Oil Minister Veerappa Moily sparked off a controversy saying that oil ministers in the country faced threats from oil import lobbies, which did not want the imports to come down.
The stunning remark came at a time when the oil and gas production in the country has been stagnant, and the only way to increase it, according to Moily, is giving higher returns on investments to private players. “A price correction will help attract investments in the stagnant oil and gas exploration and will lead to higher domestic output and lesser reliance on imports,” he said.
“There are bureaucratic obstructions and delays. And also there are other lobbies. They don’t want us to stop imports. There are some lobbies who are working on that. Every minister is threatened many a times. Every minister who occupies this position is threatened,” Moily added. He, however, refused to name anyone or identify anyone who may have directly or indirectly threatened ministers. “History will speak about it. It is for you to judge,” he said.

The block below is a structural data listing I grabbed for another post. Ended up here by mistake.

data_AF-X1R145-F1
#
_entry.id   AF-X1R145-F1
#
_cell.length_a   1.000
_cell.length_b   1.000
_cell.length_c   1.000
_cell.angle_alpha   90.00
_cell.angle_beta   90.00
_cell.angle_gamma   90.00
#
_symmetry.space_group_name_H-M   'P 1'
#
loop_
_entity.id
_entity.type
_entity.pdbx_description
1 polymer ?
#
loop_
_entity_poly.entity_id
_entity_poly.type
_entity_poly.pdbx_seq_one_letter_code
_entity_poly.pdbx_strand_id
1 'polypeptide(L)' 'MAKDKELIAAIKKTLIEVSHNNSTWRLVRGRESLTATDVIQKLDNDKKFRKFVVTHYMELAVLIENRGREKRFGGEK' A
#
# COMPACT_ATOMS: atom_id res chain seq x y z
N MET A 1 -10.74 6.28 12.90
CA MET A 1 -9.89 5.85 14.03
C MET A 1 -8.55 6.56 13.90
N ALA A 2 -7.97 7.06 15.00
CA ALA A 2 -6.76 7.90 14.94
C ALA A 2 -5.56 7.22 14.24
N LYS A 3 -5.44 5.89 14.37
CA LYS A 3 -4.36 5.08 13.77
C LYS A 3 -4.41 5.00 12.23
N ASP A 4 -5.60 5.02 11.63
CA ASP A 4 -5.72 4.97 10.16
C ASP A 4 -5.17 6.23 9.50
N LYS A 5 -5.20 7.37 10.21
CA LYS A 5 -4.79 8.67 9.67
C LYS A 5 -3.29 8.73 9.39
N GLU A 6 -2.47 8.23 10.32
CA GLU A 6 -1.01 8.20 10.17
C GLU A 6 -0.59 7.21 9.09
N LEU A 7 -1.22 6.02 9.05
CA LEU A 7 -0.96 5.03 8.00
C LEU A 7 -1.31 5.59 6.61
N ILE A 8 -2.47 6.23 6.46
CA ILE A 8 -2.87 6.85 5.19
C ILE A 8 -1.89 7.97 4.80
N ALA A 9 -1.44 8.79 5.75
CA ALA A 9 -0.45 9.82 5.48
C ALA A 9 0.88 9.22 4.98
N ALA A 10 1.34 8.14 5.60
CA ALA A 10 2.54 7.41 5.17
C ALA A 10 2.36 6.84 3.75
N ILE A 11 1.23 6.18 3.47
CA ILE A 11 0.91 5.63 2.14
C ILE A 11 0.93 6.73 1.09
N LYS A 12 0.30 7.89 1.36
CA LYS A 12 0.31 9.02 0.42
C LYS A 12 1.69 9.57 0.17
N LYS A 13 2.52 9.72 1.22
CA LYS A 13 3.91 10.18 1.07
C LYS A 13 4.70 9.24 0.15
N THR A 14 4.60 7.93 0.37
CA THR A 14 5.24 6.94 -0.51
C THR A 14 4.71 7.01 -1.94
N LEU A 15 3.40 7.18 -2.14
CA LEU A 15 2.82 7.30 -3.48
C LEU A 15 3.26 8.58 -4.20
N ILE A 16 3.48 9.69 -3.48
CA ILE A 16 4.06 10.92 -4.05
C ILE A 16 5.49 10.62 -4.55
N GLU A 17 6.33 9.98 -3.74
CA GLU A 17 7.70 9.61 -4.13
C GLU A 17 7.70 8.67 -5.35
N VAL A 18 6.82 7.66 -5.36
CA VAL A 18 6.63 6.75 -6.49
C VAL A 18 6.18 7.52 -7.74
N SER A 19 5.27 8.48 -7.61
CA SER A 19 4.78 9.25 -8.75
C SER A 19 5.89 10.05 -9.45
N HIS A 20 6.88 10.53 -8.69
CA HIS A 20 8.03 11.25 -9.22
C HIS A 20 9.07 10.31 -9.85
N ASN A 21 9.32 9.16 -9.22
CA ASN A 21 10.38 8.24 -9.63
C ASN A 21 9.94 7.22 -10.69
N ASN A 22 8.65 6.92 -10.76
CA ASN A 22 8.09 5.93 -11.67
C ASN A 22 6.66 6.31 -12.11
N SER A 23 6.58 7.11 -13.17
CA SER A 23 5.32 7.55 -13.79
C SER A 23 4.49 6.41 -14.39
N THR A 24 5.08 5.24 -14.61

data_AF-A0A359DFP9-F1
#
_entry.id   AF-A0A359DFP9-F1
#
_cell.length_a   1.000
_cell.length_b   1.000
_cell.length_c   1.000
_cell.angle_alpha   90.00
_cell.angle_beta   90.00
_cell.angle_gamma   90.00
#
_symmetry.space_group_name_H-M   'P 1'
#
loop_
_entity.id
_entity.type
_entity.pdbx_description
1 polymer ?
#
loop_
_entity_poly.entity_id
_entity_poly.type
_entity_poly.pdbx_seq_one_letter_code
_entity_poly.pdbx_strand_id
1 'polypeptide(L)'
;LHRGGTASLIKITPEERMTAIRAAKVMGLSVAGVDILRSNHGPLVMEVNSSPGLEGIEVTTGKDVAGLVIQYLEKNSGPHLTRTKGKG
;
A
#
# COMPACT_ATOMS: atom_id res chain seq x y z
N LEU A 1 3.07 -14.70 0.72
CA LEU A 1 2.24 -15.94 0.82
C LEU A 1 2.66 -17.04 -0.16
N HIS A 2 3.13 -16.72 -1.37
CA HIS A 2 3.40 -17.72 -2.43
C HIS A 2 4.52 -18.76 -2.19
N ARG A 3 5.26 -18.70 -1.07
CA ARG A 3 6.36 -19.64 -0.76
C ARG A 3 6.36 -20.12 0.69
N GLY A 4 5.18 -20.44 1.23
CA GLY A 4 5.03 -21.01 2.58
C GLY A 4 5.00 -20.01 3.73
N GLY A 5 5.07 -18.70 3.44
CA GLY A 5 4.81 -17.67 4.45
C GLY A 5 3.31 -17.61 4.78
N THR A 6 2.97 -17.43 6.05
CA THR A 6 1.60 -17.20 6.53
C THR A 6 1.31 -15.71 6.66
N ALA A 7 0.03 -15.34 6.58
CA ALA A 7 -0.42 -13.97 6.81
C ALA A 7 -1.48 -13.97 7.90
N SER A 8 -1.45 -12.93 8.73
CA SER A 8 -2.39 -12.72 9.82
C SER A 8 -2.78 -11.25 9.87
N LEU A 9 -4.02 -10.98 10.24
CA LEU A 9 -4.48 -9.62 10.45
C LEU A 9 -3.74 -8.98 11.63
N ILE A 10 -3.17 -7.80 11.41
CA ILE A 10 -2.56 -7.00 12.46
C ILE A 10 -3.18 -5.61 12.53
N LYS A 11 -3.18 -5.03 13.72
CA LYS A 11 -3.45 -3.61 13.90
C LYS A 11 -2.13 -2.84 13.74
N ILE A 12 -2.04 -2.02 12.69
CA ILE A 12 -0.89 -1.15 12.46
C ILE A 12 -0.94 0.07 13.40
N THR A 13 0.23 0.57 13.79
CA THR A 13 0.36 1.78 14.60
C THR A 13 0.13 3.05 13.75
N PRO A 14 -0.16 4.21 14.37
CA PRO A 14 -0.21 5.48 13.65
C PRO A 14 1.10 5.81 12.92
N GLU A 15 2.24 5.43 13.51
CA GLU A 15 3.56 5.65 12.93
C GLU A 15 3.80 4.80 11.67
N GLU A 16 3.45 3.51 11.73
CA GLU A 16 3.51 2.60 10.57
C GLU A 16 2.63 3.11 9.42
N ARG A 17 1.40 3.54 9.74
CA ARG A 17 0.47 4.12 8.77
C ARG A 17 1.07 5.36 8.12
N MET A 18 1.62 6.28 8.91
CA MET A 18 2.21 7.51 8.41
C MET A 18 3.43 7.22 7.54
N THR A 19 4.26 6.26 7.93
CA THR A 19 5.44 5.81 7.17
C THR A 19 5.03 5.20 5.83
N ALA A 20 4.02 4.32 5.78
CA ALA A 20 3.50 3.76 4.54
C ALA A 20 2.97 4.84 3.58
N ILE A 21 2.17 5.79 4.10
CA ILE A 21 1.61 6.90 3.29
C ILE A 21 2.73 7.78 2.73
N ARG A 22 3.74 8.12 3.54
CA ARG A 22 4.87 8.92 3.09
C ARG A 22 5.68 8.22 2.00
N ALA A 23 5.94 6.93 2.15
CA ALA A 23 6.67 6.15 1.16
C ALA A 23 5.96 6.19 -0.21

His statement immediately drew sharp reactions, with the opposition challenging him to name the people who threatened him. Former petroleum minister and senior BJP leader Ram Naik said no pressure was ever brought on him during his five year tenure from 1999, and Moily should name the lobbies that put pressure on him or his predecessors, S Jaipal Reddy, Murli Deora or Mani Shankar Aiyar.
Criticising Moily for the statement, CPI leader D Raja asked him to name the people or company who threatened him. “He wants to justify the hike in natural gas price by saying this. Nobody can threaten a cabinet minister, and if someone is doing it, he should name him,”Raja said.
Later in the day, the Congress party seemed to distance itself from Moily’s remark saying that only he can explain it. “He (Moily) will explain what he has said. This is for the concerned minister to explain not for the party to say anything. Only Moily can say what is the issue and its context... What action he has taken to isolate such lobbies,” party spokesperson Shakeel Ahmed told reporters at the AICC briefing.
India currently imports crude oil worth $160 billion and it is the largest item in the import basket of the country. In the field of natural gas, India is the fifth largest importer after Japan, South Korea, the UK and Spain.
–With agency inputs